Higher growth is now expected for Palau because tourist arrivals have outpaced expectations, although there are rising concerns about the environmental sustainability of recent increases in visitor numbers.
|Selected economic indicators (%)||2015||2016|
|ADO 2015||Update||ADO 2015||Update|
|Current Account Balance (share of GDP)||-6.4||-6.1||-8.1||-7.6|
Palau’s economy expanded by 8.0% in financial year (FY) 2014, well above the previous estimate of 6.9%. This reflects links between tourism growth and related industries such as communications, wholesale and retail trade, and financial intermediation.
Visitor arrivals in Palau in the first three quarters of FY2015, numbering around 126,000, already exceed arrivals in the whole of the previous fiscal year. The upsurge is driven by higher arrivals from the People’s Republic of China. Responding to concerns of sustainability, the government restricted the number of charter flights to 32 per month (from 48 per month) beginning on 15 April 2015.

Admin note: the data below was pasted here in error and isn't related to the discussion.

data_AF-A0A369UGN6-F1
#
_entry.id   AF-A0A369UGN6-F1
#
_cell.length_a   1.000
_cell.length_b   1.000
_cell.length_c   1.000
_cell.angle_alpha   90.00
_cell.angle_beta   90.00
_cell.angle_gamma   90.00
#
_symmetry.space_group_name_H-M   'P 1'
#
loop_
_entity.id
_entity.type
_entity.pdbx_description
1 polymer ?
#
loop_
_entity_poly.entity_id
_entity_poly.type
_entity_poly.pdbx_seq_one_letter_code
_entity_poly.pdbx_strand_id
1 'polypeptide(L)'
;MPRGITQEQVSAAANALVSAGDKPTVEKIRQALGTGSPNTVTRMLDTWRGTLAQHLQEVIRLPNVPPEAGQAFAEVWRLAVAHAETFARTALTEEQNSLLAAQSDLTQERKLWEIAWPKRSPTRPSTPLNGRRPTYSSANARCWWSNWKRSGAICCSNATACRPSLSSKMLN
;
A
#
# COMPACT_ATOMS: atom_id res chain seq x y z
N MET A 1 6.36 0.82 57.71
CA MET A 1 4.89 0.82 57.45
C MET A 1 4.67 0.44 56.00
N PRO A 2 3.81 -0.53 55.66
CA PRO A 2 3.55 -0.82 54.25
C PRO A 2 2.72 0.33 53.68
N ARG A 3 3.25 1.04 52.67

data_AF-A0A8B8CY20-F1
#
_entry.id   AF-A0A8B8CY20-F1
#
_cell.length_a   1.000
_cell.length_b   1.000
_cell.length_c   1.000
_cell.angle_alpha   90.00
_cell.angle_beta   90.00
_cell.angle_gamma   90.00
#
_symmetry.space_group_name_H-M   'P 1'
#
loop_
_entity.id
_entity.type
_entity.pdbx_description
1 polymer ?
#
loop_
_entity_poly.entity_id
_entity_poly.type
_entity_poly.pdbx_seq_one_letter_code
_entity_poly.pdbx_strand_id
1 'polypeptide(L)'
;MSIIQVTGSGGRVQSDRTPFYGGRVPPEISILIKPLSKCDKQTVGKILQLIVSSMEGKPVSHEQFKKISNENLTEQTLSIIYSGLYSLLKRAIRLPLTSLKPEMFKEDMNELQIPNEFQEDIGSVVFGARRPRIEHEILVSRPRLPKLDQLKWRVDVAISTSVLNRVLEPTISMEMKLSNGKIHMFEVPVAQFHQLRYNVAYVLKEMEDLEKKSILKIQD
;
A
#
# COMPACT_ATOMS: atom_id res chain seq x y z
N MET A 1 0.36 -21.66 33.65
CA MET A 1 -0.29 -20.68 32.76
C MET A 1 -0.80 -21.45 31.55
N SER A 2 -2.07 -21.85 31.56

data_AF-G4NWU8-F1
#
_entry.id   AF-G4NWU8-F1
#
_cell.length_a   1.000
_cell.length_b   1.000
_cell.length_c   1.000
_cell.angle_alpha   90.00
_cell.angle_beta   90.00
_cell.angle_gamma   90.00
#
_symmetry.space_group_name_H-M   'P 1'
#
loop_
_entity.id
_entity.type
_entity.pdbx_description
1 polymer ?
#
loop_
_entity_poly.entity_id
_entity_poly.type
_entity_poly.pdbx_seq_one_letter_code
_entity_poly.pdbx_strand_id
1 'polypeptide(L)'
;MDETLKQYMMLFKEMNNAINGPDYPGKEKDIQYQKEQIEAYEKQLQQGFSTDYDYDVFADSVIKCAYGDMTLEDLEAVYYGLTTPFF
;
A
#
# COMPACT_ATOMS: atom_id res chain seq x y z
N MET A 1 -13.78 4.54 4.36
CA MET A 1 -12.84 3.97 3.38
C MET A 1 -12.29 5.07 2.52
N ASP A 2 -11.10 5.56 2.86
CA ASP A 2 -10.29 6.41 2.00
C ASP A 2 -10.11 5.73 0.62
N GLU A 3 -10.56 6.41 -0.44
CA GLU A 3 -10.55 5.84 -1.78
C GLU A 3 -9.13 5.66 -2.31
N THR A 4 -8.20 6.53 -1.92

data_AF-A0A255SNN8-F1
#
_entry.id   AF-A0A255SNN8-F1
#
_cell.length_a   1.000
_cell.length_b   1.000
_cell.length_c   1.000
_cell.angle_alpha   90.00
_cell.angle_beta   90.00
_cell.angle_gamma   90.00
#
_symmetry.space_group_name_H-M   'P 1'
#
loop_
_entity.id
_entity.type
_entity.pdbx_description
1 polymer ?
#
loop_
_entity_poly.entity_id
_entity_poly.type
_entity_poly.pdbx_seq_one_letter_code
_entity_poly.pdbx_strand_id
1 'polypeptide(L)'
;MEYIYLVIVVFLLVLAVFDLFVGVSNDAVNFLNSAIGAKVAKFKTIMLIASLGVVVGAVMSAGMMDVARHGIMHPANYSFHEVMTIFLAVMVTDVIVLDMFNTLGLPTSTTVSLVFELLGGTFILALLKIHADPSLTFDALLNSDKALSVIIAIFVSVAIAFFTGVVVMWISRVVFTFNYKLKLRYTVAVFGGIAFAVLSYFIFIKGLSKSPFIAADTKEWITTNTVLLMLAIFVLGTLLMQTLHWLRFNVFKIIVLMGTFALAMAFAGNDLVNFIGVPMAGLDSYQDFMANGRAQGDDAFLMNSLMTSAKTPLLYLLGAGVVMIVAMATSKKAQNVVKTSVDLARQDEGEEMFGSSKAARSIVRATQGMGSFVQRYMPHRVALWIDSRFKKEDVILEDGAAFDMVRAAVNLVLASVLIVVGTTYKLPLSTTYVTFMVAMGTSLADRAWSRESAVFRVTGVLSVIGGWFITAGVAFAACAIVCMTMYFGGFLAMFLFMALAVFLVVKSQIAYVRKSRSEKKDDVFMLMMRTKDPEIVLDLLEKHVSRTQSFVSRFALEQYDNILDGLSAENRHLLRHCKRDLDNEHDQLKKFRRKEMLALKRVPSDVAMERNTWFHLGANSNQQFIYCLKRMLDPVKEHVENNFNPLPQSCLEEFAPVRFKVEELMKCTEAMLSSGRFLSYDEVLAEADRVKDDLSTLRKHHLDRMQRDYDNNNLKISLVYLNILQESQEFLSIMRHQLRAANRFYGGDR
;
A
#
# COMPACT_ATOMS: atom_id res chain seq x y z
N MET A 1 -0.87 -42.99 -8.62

A second of two planned hikes in the tobacco tax rate was implemented in January 2015 and helped nudge inflation to an average annual rate of 4.1% in the first half of FY2015. Prices rose despite the appreciation of the US dollar and consequent reduction in international commodity prices and import costs. Inflation in the third quarter of FY2015 dropped, however, to 0.4% as household costs and transport fell sharply.
The value of mineral imports—mainly petroleum products— dropped by 33.8% in FY2015 to July from the same period a year earlier, reflecting lower international oil prices. The value of food imports also declined slightly. The consequent 13.3% decline in the import bill and strong tourism growth prompt a downward revision to the forecast for the current account deficit in FY2015. As these trends are seen to continue, the forecast for FY2016 is also revised down.
Palau’s Gross Domestic Product (GDP) growth forecast for FY2015 and FY2016 is raised substantially upward because of strong tourist arrivals and revised GDP figures for FY2014.
With fuel prices expected to remain low, inflation forecasts for FY2015 and FY2016 are trimmed from those in Asian Development Outlook (ADO) 2015. Food inflation has remained high—at an average of 4.4% in the first 3 quarters of FY2015—reflecting rising demand from tourists.
Excerpted from the Asian Development Outlook 2015 Update.